Key Iraqi political leaders agree to seek a new prime minister | VailDaily.com
YOUR AD HERE »

Key Iraqi political leaders agree to seek a new prime minister

BAGHDAD, Iraq – Key political groups agreed Wednesday to mount a campaign to deny Prime Minister Ibrahim al-Jaafari another term in a bid to jump-start stalled talks on a new national unity government.Meanwhile, at least 47 people died in bombings and shootings across the country. In the deadliest attack, a car bomb exploded near a market and traffic police office in a mostly Shiite neighborhood in southeast Baghdad, killing 29 people and wounding 67, the Interior Ministry said.The move against al-Jaafari is expected to draw sharp opposition from the anti-American cleric Muqtada al-Sadr. The firebrand Shiite leader’s support enabled al-Jaafari to win the nomination over Vice President Adil Abdul-Mahdi by a single vote in a Feb. 12 caucus of Shiites elected to the new parliament Dec. 15.Al-Sadr’s militiamen were believed behind many of the attacks against Sunni mosques last week, and the prospect of a prime minister in debt to the young radical has alarmed mainstream politicians, including some in the Shiite alliance.They fear a strong role for al-Sadr could sharpen sectarian tensions that have already pushed the country to the brink of civil war and complicate U.S. plans to begin drawing down American forces this year.The campaign against al-Jaafari, which has been building for weeks, is spearheaded by three major political blocs that have been in U.S.-backed talks with the Shiite alliance on forming a new government.During a meeting Wednesday, leaders of three parties, including Sunnis, Kurds and the secularists of ex-Prime Minister Ayad Allawi, agreed to ask the Shiite alliance to withdraw al-Jaafari’s nomination and put forward another candidate.Officials of all three groups confirmed the plan but spoke on condition of anonymity because of the sensitivity of the subject.Under the constitution, the nominee of the biggest bloc in parliament gets the first chance to form a new government. The Shiites won 130 of the 275 seats – giving them the biggest bloc, but not enough to govern without partners.The talks on a new government broke down last week when the Sunni parties pulled out of the negotiations to protest attacks on Sunni mosques in reprisal for the Feb. 22 bombing of a sacred Shiite shrine in Samarra.On Wednesday, a spokesman for the influential Sunni clerical Association of Muslim Scholars denounced the Shiite-led government and its security forces for failing to prevent the reprisal attacks.Abdul-Salam al-Kubaisi appealed for calm and urged hundreds of displaced Shiites to return to the mostly Sunni neighborhoods they fled last week.Although the level of sectarian attacks has diminished, the bloodshed continued Wednesday.Dazed, bloodied victims of the car bombing that killed 29 in southeast Baghdad were rushed to Kindi Hospital, where staff cut off the shirt of a screaming child whose face and arms were singed in the blast.Another bomb hidden under a parked car detonated as a police patrol was passing near downtown Tahrir Square. The patrol escaped unharmed, but six civilians were killed and 17 wounded, the Interior Ministry said.North of the capital, gunmen ambushed a convoy of police trainees about 20 miles south of Kirkuk, killing five and wounding 11, police said.The 50 trainees, on leave from their academy in Sulaimaniyah, were traveling in four minibuses to Tikrit. Two blood-spattered vehicles made it back to Kirkuk carrying three dead and seven wounded, police there said. Another one turned up in Tikrit, about 45 miles to the south, with two dead and four wounded. The fourth minibus escaped unscathed.South of the capital, mortar shells slammed into a market in the volatile, Shiite-Sunni town of Mahmoudiya, killing two civilians and wounding three, the ministry said. Another shell landed in a house in a mixed western Baghdad neighborhood, killing a woman and wounding a child, police said.At least four other people were killed in shootings in Baqouba and Kut.—Associated Press writers Bassem Mroue, Sameer N. Yacoub and Steven R. Hurst contributed to this report from Baghdad.Vail, Colorado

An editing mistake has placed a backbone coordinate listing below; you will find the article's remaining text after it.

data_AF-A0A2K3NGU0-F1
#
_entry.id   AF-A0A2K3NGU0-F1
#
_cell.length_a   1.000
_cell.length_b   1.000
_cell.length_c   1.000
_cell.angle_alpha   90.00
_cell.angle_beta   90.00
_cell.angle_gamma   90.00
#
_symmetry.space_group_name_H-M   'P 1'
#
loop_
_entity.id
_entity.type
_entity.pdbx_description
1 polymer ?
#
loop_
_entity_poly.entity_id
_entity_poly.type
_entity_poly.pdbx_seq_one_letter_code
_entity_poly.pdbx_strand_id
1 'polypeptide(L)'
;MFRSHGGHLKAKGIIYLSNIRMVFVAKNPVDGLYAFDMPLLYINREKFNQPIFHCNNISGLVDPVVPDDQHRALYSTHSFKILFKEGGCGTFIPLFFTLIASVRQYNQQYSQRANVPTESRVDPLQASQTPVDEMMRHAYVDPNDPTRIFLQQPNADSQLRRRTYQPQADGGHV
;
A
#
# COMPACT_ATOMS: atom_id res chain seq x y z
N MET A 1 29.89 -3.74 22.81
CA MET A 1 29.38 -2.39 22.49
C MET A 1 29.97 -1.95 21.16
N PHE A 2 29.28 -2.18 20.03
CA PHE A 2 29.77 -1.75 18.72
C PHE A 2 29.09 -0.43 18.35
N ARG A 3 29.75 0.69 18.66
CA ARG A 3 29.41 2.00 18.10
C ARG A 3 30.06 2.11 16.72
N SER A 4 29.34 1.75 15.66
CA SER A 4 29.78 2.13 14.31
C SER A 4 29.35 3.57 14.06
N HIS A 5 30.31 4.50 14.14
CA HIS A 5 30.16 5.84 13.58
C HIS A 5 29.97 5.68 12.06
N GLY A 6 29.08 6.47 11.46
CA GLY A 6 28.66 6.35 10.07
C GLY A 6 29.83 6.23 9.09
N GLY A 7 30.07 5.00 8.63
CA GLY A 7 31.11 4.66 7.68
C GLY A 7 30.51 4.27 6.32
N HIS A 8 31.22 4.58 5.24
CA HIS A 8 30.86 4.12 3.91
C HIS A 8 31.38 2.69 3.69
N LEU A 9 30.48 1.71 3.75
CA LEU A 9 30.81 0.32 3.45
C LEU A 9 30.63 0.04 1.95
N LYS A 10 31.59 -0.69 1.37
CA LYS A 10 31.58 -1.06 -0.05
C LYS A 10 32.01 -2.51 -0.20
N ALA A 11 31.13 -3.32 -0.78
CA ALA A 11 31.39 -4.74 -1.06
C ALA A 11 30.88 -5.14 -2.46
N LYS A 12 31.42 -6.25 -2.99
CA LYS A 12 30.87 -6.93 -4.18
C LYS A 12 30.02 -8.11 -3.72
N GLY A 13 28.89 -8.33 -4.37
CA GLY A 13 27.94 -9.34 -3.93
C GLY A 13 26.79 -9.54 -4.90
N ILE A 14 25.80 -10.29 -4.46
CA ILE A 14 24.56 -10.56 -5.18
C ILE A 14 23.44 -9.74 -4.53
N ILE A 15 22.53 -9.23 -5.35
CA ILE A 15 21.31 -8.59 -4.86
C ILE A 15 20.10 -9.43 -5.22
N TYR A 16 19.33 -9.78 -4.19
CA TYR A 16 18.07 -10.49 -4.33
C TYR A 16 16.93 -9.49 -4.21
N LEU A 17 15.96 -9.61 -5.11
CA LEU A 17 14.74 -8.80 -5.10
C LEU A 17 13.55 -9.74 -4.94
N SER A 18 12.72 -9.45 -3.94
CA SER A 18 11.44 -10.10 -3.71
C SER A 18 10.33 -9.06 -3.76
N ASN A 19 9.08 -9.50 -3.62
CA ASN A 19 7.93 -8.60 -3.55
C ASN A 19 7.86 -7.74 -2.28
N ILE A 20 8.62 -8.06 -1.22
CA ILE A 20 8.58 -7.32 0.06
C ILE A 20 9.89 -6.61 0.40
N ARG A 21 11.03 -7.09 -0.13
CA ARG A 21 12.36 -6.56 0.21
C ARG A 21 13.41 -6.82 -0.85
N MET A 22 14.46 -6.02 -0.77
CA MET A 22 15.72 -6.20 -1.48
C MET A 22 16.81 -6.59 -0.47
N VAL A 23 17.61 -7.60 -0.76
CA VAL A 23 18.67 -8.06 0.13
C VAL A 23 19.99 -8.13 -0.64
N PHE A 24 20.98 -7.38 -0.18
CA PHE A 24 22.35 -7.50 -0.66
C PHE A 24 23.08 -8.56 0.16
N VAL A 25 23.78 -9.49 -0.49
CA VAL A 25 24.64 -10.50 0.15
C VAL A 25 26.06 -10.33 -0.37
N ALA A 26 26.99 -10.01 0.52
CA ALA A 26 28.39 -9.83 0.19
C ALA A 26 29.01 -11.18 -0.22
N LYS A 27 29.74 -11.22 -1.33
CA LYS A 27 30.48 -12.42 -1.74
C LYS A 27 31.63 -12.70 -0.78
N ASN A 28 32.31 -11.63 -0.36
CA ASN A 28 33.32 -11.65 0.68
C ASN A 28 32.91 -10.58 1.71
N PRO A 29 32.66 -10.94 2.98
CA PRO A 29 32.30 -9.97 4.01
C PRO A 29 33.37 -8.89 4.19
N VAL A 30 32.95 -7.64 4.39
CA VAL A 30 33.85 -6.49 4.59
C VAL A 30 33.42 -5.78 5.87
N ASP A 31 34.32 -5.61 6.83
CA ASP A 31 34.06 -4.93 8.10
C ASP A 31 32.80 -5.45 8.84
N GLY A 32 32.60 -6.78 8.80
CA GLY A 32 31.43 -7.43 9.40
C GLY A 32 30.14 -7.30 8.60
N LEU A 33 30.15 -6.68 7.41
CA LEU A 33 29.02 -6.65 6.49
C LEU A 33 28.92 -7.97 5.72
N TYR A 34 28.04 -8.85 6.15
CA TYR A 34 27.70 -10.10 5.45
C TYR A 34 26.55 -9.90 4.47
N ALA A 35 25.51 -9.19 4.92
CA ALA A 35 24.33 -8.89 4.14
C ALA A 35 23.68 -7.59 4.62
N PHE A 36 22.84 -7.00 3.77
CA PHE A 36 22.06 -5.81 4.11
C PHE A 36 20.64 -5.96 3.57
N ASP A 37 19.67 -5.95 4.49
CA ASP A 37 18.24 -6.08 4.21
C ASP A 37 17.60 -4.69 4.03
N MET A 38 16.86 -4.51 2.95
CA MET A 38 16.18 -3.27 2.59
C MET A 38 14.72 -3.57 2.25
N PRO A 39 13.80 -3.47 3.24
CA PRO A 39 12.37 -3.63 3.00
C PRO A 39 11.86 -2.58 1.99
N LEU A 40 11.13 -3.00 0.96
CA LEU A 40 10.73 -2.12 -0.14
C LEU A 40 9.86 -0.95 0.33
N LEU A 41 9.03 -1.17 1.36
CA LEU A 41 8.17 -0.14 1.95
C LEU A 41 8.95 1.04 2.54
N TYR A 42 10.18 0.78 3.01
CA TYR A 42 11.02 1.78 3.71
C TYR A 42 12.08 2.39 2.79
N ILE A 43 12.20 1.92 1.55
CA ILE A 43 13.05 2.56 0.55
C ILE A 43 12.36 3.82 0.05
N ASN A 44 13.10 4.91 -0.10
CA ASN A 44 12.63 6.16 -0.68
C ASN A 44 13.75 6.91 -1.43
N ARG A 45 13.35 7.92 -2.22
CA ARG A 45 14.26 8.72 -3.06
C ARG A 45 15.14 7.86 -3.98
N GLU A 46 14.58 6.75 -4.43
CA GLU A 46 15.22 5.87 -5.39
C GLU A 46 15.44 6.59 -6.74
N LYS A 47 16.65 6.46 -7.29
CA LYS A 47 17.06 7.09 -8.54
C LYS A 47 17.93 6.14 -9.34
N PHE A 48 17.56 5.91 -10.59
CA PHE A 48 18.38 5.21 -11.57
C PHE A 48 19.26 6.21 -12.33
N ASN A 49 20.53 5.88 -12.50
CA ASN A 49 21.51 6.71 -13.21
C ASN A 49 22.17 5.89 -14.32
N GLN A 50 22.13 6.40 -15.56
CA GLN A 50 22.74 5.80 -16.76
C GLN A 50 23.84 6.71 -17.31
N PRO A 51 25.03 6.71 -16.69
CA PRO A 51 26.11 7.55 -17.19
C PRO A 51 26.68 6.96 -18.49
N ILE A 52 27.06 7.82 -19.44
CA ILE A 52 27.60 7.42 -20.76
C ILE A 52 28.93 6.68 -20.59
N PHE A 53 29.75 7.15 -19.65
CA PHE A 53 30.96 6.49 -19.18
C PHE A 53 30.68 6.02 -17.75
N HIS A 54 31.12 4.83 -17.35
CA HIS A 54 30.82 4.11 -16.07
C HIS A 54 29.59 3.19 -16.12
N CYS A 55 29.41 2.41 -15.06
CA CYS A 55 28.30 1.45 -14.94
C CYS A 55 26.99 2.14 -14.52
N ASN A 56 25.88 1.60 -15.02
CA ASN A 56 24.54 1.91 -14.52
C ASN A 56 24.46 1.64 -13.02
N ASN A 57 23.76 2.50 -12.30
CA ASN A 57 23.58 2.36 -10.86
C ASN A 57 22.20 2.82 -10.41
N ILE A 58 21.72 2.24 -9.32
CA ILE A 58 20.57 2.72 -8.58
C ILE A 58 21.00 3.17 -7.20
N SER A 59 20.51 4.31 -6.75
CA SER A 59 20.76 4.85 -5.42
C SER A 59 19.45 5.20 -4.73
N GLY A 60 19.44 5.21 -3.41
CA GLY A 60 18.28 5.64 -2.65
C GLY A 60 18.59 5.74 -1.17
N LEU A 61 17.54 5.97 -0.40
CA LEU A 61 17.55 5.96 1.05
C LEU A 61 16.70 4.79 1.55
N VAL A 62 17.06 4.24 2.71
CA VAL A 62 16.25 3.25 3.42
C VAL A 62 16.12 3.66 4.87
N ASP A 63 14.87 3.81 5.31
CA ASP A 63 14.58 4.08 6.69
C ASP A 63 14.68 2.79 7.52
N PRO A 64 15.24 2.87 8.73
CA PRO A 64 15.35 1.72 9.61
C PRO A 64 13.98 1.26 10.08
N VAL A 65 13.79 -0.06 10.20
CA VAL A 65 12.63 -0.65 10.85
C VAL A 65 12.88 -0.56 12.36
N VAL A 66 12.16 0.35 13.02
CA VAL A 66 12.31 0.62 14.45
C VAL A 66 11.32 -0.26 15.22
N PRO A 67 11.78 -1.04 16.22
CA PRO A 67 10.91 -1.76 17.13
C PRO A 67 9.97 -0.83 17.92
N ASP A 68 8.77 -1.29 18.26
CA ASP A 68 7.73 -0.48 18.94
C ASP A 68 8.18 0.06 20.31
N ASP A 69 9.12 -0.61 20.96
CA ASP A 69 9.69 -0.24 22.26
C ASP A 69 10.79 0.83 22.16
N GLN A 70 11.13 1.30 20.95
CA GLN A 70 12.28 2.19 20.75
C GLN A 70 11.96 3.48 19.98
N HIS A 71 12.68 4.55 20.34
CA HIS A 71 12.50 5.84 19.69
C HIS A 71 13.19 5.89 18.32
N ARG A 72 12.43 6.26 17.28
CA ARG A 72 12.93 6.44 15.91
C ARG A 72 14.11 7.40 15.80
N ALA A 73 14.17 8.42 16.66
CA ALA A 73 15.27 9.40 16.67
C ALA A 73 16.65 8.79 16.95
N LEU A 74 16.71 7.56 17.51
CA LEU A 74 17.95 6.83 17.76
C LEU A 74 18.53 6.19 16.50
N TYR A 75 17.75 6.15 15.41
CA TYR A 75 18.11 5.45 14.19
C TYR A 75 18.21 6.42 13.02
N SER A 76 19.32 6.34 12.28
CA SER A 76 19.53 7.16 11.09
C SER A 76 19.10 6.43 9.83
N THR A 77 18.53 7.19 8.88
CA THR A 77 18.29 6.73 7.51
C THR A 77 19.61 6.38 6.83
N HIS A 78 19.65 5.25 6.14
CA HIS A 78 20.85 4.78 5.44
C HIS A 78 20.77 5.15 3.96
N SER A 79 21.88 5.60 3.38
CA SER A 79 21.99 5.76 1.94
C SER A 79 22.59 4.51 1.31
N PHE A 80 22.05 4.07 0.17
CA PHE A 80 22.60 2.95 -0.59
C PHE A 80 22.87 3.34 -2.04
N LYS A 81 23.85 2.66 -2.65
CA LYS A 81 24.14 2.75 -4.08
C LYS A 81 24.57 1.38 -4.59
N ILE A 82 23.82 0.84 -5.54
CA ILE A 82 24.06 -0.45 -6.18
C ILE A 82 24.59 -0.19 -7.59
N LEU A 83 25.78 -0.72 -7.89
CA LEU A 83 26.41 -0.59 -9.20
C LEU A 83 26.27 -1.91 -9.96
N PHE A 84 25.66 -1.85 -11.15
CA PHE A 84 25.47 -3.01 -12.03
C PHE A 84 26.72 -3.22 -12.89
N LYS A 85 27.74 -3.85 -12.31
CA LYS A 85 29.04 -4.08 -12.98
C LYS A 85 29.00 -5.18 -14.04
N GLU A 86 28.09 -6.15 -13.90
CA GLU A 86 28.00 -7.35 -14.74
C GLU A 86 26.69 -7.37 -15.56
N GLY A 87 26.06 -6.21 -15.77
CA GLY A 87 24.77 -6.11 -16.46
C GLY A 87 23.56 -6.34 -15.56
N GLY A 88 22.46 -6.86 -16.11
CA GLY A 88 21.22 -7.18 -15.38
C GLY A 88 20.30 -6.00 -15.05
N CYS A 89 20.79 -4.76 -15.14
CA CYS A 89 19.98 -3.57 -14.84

Support Local Journalism